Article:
O Opinion

Opinion - 'Democracy is the worst form of government except for all the others'

 

'Democracy is the worst form of government except for all the others.'

Winston Churchill

 

On 11th December the UK Parliament will vote, following five days of debate, on the withdrawal deal from the EU as presented by Theresa May. Unless there is some dramatic change it is almost inconceivable that the Conservative government will be successful in obtaining a majority with their wafer thin majority cancelled out by their own MP’s who have declared – before the debate – that they will vote against it on top of the DUP who have, effectively, pulled out of their loose alliance with the Conservatives. The question, therefore, is – what happens after next Tuesday’s vote?

 

May has stated that there is a choice of “her deal”, “no deal” or “no Brexit” in an attempt to force those MP’s on all sides who cannot contemplate “no deal” or “no Brexit” voting for her deal as the least worse option. Given those three alternatives what might happen after next Tuesday? It is hardly worth wasting time on Parliament agreeing the deal – although that does remain a possibility! - but if it does then Brexit negotiations rumble on and the UK leaves the EU next March. A defeat in the Commons leaves a number of interesting alternatives – Theresa May will be so politically damaged by a defeat that she might resign or the Conservative Party might turn on her and if 48 Conservative MP’s write to the Chair of the 1922 Committee expressing their lack of confidence in her she may be sacked. Neither of these options will trigger a General Election, but instead the Conservative parliamentary party and members will elect a new leader of the party who will become Prime Minister. Depending on who this leader is will determine what happens next.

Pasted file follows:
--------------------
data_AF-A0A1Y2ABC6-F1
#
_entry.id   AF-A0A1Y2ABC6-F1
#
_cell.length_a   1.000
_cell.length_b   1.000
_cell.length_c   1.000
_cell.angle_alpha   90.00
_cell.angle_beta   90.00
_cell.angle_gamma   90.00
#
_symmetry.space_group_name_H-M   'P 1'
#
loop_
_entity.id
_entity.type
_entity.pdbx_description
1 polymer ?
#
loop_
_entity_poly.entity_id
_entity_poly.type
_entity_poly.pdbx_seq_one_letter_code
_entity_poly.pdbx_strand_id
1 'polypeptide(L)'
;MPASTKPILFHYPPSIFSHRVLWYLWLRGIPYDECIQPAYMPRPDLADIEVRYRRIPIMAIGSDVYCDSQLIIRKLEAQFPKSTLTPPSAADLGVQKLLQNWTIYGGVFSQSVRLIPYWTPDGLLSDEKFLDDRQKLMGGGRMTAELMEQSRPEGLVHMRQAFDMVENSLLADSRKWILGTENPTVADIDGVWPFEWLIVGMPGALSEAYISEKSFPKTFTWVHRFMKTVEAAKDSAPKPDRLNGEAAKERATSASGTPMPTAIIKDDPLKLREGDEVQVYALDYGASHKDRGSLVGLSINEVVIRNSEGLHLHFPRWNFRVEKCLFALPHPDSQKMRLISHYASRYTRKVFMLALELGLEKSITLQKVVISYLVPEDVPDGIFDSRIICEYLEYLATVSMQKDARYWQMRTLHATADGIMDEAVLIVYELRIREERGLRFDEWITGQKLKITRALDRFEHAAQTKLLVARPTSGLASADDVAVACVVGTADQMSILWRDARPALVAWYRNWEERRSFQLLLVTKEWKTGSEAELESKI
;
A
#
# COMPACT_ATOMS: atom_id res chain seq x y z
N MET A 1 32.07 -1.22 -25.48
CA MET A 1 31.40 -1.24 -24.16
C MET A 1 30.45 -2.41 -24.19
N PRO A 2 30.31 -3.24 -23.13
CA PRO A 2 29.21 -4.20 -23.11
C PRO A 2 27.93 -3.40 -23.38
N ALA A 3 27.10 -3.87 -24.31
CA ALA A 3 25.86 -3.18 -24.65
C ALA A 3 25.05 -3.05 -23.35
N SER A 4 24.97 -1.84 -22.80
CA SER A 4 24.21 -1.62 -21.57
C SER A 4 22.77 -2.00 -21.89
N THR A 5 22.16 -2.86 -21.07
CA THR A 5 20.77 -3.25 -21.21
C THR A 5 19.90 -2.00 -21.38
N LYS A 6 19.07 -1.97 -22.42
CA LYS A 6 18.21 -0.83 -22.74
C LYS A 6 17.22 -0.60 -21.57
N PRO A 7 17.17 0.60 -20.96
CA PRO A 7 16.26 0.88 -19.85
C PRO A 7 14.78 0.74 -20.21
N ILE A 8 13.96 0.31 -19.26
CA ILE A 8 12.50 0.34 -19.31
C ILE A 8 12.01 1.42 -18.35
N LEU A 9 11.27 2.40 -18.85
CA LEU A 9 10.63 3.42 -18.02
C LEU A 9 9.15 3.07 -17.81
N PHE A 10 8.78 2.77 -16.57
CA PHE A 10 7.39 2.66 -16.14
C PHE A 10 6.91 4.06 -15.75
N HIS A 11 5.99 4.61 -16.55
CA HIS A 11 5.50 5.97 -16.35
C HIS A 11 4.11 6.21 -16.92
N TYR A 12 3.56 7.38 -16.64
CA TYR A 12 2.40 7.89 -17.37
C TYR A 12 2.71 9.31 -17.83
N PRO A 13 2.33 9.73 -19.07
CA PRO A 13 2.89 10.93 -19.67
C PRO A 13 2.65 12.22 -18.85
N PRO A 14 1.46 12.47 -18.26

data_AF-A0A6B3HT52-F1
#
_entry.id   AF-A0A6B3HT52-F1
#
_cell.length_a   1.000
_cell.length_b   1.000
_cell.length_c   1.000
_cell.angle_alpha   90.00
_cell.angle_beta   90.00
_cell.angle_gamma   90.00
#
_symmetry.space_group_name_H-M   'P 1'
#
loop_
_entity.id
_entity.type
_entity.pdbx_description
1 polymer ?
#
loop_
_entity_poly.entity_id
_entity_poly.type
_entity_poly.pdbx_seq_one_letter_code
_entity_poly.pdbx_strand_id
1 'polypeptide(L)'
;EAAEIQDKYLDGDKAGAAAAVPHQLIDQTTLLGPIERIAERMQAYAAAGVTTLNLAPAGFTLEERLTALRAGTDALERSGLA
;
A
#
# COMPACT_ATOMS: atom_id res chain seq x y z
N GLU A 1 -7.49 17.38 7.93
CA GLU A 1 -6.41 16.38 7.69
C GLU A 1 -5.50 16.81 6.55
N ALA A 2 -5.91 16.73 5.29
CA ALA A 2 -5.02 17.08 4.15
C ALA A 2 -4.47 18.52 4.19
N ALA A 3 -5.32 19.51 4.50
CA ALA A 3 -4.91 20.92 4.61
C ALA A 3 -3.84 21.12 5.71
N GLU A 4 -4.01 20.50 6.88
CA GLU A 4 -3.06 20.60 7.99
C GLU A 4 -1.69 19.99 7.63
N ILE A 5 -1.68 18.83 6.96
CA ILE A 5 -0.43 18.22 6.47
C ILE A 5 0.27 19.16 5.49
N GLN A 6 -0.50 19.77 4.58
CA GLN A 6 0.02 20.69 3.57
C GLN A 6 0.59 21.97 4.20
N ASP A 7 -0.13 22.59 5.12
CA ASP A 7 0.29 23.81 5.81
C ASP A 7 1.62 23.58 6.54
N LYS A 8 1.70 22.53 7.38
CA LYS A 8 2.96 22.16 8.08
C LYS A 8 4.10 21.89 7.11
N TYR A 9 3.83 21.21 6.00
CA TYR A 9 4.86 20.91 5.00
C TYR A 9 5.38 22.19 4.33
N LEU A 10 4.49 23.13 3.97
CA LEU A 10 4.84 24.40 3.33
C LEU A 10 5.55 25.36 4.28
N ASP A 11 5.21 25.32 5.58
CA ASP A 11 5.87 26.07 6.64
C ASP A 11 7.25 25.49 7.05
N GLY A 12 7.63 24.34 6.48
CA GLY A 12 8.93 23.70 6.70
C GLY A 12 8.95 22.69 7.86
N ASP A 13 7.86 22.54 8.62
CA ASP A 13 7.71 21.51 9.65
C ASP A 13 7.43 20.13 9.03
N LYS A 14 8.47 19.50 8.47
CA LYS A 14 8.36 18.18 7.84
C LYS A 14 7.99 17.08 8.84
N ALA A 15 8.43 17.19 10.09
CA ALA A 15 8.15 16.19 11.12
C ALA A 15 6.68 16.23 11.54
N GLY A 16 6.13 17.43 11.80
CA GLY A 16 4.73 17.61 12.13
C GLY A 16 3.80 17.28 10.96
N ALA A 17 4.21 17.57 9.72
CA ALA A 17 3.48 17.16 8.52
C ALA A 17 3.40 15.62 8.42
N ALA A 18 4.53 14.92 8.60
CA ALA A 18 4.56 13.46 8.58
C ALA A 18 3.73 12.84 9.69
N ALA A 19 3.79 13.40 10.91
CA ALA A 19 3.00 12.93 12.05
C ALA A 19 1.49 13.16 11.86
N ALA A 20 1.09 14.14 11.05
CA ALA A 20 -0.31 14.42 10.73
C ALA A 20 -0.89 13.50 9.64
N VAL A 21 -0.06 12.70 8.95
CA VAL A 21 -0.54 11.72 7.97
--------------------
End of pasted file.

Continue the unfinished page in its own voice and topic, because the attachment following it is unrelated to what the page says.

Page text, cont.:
Given that Conservative MP, Dominic Grieve’s amendment which allows Parliament a vote on “Plan B” (not that there currently is a “Plan B”) the chance of a most ardent pro-Brexit Tory leader being able to push through a “No Deal Brexit” is so slim as to be non-existent. A pro “Remain” Conservative leader would be in a better place with the party already committed to delivering Brexit and having rejected a second referendum. Whatever happens the splits in the Conservative Party are now so deep that there is a serious danger of the party falling apart.